For years I have been practicing meditation and last year also completed a year-long mindfulness teacher training course because I believe that the way we are going to improve our quality of life is to become more conscious about the choices we make and to understand the power we have to direct our own lives and improve our mental, emotional and physical health.
So often we think of improving our health by eating more fruits and vegetables and buying more organic products, but have you ever considered the importance of paying attention to your sound diet? What sounds are you consuming and can you add some healing sounds to your diet?
I dove into the power of sound this year by studying with a Tibetan singing bowl teacher to learn the power of healing with Tibetan bowls and, then moved on to an intensive study with top researchers and teachers in the field of sound research.
What I’ve seen, felt and most importantly heard has been life-changing. I’ve been folding what I’ve learned into my family’s daily life by adding healing sound to our daughters’ bedtime routine. At night when I lie down with each of my children, I have different instruments I use for their bedtime ritual: a Tibetan singing bowl, a set of tuning forks, a chime, and meditation music with mantra. Even if they are rowdy and feeling unsettled, I play the singing bowl and within a couple of minutes they are sleeping deeply.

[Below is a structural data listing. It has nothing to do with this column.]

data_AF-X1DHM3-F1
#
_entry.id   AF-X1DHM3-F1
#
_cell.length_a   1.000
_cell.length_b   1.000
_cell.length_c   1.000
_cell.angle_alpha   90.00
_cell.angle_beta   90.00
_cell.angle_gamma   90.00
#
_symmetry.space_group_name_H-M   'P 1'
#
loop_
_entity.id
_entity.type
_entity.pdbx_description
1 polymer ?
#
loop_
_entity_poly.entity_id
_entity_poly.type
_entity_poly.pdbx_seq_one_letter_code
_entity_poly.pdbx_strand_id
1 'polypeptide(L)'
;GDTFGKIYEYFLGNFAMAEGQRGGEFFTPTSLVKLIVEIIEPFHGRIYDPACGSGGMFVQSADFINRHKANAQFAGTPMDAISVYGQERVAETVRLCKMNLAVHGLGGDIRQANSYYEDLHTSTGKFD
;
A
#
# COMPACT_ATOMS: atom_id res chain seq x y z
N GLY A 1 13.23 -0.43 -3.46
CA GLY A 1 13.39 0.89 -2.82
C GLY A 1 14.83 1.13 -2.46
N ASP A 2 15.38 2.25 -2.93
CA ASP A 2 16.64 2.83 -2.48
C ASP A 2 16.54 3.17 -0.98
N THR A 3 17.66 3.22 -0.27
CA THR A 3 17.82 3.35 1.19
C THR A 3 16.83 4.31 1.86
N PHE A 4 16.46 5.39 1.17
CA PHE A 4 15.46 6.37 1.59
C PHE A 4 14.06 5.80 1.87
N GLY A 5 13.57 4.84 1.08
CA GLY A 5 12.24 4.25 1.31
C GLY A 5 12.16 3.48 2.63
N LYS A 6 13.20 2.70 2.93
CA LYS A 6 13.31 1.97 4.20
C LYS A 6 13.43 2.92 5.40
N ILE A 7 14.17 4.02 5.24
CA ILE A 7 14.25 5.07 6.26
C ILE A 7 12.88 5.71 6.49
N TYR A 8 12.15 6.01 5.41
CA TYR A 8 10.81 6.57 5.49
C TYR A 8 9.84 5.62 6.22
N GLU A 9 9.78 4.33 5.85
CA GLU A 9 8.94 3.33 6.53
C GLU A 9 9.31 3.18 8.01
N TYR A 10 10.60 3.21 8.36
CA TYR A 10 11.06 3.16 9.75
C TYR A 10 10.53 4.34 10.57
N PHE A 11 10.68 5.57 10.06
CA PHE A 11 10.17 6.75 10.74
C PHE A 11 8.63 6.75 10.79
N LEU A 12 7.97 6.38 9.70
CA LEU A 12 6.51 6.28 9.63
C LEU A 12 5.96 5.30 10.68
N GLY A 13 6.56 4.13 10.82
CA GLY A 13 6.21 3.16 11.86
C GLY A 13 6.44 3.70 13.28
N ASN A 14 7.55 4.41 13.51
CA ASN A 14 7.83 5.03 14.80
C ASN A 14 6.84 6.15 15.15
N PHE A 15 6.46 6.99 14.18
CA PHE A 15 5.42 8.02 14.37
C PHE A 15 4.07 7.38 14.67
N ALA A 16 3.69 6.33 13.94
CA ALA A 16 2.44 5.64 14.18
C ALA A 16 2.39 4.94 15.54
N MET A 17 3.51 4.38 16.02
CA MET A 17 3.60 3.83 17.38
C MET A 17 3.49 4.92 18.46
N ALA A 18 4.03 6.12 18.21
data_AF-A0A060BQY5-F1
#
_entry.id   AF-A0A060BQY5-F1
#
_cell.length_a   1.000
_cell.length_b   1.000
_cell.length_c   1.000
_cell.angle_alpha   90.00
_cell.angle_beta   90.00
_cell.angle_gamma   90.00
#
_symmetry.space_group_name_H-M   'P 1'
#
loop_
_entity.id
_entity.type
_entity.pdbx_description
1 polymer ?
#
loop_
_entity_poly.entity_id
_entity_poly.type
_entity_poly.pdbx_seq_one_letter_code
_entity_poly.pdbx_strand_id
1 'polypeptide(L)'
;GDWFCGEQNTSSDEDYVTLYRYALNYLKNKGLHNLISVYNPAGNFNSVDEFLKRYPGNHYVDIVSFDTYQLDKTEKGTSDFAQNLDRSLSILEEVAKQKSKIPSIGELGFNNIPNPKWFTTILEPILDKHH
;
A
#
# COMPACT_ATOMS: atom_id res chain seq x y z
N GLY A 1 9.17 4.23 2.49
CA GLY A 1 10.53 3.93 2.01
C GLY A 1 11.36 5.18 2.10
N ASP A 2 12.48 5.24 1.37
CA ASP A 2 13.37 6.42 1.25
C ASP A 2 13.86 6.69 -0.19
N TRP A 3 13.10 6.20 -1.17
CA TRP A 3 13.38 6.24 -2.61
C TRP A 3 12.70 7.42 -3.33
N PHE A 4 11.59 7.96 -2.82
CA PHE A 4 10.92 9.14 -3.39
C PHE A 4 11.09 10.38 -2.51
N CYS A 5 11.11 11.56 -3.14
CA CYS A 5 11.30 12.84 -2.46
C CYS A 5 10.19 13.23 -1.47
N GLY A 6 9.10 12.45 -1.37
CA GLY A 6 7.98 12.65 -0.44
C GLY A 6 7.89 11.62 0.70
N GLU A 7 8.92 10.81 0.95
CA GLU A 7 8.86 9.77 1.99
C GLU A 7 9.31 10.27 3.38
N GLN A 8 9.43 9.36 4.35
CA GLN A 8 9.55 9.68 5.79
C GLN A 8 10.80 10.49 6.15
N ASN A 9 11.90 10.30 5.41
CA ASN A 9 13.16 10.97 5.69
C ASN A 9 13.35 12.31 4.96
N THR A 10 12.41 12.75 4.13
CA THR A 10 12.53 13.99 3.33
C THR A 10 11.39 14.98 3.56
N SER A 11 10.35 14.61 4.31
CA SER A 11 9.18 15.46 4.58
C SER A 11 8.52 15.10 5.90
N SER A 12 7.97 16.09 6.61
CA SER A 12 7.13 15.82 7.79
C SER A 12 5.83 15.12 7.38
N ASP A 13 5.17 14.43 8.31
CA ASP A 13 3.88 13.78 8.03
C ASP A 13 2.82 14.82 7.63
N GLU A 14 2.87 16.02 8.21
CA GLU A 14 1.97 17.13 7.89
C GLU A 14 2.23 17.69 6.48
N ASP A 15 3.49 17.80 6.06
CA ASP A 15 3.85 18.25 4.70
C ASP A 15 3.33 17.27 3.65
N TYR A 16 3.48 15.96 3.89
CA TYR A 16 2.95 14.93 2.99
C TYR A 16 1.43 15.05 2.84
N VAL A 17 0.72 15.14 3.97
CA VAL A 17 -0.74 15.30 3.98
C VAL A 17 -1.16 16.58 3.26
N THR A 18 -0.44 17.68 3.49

So what could you do to improve your sound diet if you don’t have chimes laying around?
Humming is a great way to self-sooth. It reduces stress, induces calmness, enhances sleep and lowers heart rate and blood pressure. It even produces powerful neurochemicals such as oxytocin, the love hormone. Conscious humming is key. Notice the vibrations it creates. Set an intention before you begin humming; maybe to relax, or to break up congestion in your chest or to increase a positive emotion. Play with it. If you have a voice, you can hum. If you are interested in reading the research on it check out the book, The Humming Effect.
Music is another way to upgrade your sound diet; choose music that feels good, and take time to actively listen. Dr. Gordon Shaw developed the Mozart Effect, a theory that listening to classical music will actually make you smarter. There is some great research in his book, Keeping Mozart in Mind.
No matter how you choose to improve your sound diet, pay attention to how sound makes you feel, learn to listen actively whether it is to music or a conversation you are having and you will start to notice what sounds or noises you want to consciously include into your sound diet.